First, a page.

1-7 December 2017 #886

Last lavish lap

As Election Day draws closer, candidates are trying to outdo each other in wooing swing voters, and win power

Jiyalal Sah

By successfully holding the first phase of parliamentary and provincial elections early this week, and gearing up for the last phase next week, Nepal is now on the final lap leading to full promulgation of the new Constitution.

As Election Day draws closer, candidates appear to be growing anxious and are doing — or promising — anything that voters might want to hear. They are trying to outdo each other in wooing swing voters, and win power.

Read also

Voters' vow, Om Astha Rai

Political theories versus reality, Shreejana Shrestha

This week, a rightist group advocating for restoration of Nepal as a Hindu nation held separate meetings with NC President and Prime Minister Sher Bahadur Deuba and UML Chair KP Oli. Both leaders reportedly promised to address the outfit’s concerns, hoping to win its support.

In Parsa district’s constituency 3, where people suffered a devastating flood in August caused by Indian embankments, voters asked NC parliamentary candidate Ramesh Rijal if he would be able to raise the issue with India’s Prime Minister Narendra Modi.

“Why not?” he replied, folding his hands and flashing a smile to greet voters.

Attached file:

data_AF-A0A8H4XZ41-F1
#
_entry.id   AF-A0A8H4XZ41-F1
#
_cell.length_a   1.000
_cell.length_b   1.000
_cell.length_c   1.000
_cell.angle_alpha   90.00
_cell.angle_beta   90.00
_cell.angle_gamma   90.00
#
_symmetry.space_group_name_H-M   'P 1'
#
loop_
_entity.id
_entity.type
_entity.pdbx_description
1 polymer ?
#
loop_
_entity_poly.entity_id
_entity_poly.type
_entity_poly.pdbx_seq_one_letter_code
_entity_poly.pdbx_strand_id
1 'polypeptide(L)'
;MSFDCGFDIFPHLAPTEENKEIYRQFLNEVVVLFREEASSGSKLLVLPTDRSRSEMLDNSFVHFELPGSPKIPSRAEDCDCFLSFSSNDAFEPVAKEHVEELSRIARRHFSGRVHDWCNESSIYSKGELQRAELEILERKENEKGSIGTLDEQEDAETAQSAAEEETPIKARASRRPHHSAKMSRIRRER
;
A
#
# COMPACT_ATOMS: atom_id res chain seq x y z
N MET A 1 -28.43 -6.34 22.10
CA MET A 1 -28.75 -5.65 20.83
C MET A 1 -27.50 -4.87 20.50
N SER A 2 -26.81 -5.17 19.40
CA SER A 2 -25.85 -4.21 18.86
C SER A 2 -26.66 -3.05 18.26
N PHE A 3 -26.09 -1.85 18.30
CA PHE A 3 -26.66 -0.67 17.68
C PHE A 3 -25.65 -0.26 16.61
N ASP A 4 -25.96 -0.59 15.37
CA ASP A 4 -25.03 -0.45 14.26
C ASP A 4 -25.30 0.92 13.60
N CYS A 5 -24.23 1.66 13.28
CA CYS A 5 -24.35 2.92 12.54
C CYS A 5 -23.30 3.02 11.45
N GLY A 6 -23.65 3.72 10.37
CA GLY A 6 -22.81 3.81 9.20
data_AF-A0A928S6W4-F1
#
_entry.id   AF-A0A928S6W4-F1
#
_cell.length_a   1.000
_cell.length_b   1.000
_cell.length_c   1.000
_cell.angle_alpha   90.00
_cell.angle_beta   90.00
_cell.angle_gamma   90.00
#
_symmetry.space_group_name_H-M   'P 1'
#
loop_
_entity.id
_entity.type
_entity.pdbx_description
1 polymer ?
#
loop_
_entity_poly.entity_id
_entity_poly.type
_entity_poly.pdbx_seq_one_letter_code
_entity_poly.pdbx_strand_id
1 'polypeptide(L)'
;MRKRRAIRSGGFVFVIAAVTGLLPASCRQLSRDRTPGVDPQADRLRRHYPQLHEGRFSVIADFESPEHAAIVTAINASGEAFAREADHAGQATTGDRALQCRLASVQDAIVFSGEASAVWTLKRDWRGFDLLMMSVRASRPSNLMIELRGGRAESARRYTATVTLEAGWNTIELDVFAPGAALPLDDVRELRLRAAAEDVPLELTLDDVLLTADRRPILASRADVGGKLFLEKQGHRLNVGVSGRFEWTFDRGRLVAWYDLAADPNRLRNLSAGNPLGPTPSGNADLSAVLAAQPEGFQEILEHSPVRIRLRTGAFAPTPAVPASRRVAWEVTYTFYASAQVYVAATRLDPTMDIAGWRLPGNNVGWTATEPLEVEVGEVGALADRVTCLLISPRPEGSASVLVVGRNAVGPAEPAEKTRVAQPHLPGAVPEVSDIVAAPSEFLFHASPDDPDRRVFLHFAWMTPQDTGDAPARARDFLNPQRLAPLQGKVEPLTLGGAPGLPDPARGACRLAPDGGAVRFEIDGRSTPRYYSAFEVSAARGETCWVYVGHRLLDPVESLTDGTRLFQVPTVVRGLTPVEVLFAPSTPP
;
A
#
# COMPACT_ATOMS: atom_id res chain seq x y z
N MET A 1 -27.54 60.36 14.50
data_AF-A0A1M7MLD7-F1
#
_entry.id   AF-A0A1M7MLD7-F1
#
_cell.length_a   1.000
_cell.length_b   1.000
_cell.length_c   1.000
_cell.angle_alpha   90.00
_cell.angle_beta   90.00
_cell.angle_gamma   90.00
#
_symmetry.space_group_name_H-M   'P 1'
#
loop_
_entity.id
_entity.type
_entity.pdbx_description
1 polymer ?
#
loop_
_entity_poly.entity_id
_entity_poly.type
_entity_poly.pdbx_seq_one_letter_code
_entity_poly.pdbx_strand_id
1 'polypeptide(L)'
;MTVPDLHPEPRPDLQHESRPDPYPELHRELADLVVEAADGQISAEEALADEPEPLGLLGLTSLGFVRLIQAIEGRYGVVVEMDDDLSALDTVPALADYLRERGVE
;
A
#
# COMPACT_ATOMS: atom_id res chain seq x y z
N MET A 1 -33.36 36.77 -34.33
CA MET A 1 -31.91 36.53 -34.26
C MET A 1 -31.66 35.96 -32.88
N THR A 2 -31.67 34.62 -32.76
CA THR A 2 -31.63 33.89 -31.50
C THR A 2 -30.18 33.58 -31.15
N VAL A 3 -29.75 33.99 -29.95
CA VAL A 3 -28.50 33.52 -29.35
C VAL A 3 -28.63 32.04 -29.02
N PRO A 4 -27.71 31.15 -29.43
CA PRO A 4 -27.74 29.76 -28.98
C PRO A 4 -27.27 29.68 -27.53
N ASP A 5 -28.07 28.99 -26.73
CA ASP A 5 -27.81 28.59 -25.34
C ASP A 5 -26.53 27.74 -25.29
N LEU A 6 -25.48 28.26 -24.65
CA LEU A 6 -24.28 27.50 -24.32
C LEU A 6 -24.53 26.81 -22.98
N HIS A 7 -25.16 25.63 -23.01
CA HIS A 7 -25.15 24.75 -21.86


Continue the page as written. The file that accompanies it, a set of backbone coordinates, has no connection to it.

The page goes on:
Most voters are smart enough to figure out if their candidates are lying. And contenders also know that their empty promises will not really work — so some candidates are even distributing cash, booze and goods.

In the Marchwar area of Rupandehi district this week, police seized a truckload of booze being smuggled into Nepal probably by a candidate to woo gullible voters. In Bhairahawa, UML supporters accused RPP candidate Dipak Bohara of erecting electricity poles at his own expense to influence voters — a charge refuted by the RPP.

Former Chief Election Commissioner Nilkantha Uprety urges people to choose candidates wisely, as their decisions could be instrumental in shaping the country’s future.

“Voters should realise that they are also partly responsible for bad governance,” he says. “So they have to vote for parties and candidates who can safeguard democracy, bring prosperity and deliver stability.”

He adds: “If the voters fail, the country will fail too.”